(HealthyResearch.com) – Much of the world has been fighting on a united front, yet our common enemy continues to destroy lives and fracture families. Our chances of having a normal future beyond COVID-19 anytime soon depends greatly on whether our bodies are capable of mounting long-term immunity against it. Reports have been scarce, but as the research trickles in, it seems increasingly clearer that there’s no such thing as a long-term immune response against this virus.
The pandemic has turned out to be much more complicated than experts had thought, and so has our bodies’ response to it. Yes, people can catch COVID-19 more than once, and that’s bad news. There is still hope for us, however, and the good news could seriously outweigh the bad.
COVID-19 and Long-Term Immunity
Researchers continue working hard to find and put together all the right puzzle pieces, but as of September 1, 2020, the WHO has yet to find any evidence against reinfection. Some of the most recent studies have shown antibody levels could drop off as quickly as 3 months after a person fights off the virus. A look at other coronaviruses shows similar results, with most immune responses disappearing within a year.
Reports have also come in describing people who’ve fallen ill, tested positive for COVID-19 and recovered — only to show signs of reinfection, with positive blood tests, weeks later. According to an ABC News report, scientists say that while reinfection is likely possible, it’s also extremely rare. In the United States, there has been one documented reinfection case to date. So, what about all of the other alleged reinfections? Some of these cases could be a result of incorrect test results, mistakes rather than actual evidence of additional infections. There’s also always a possibility some infections are reactivating before the body fully wipes them out, giving the appearance of reinfection.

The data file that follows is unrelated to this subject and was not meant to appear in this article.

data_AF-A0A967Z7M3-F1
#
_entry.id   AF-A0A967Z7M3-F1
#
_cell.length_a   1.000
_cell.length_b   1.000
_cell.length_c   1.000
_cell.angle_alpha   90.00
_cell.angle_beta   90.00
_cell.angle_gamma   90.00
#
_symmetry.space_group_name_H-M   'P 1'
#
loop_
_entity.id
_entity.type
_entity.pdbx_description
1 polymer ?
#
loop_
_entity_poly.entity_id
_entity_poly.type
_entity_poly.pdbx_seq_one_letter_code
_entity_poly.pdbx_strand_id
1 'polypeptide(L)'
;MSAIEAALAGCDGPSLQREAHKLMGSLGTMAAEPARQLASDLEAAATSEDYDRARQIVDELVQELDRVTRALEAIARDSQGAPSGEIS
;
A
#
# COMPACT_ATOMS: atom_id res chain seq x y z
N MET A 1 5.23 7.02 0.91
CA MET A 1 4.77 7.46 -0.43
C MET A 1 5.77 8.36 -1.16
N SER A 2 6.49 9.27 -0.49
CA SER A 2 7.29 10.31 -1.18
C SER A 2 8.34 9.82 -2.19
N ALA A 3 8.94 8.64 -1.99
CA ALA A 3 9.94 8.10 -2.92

Regardless of how many of these possibilities are accurate, the dark clouds they paint could still have a silver lining.
The Future of This Pandemic
Not all studies on reinfection have been as discouraging. An article just published in Nature discusses the role of B and T cells (which don’t show up in traditional diagnostic tests) in long-term immune responses. Researchers have discovered that our immune response is a much more complex puzzle than previously thought — and a negative blood test might not necessarily mean the antibodies aren’t there.
Other studies on coronaviruses have shown reinfection may generally be asymptomatic, and antibody tests indicate that these illnesses don’t usually last as long. There’s also evidence that immune responses to different coronaviruses — SARS-CoV-2, the virus that causes COVID-19, included — might cross-react. This could mean having had a “common cold” coronavirus infection within the previous year may offer some protection against COVID-19 right now.
So yes, you probably can catch COVID-19 twice, but it’s also less likely to be severe if you catch it within the same year — if you even notice you’re sick at all. This could be why we’ve seen such high rates of asymptomatic infections across the board. It’s possible that, had the pandemic hit us just a few months later, after cold and flu season fully made the rounds instead of right in the midst of it, we may have seen far less devastation. If the trend continues, the numbers of asymptomatic patients could continue to rise, and some of us may see increased protection as time goes on.
~Here’s to Your Health & Safety!
Copyright 2020, HealthyResearch.com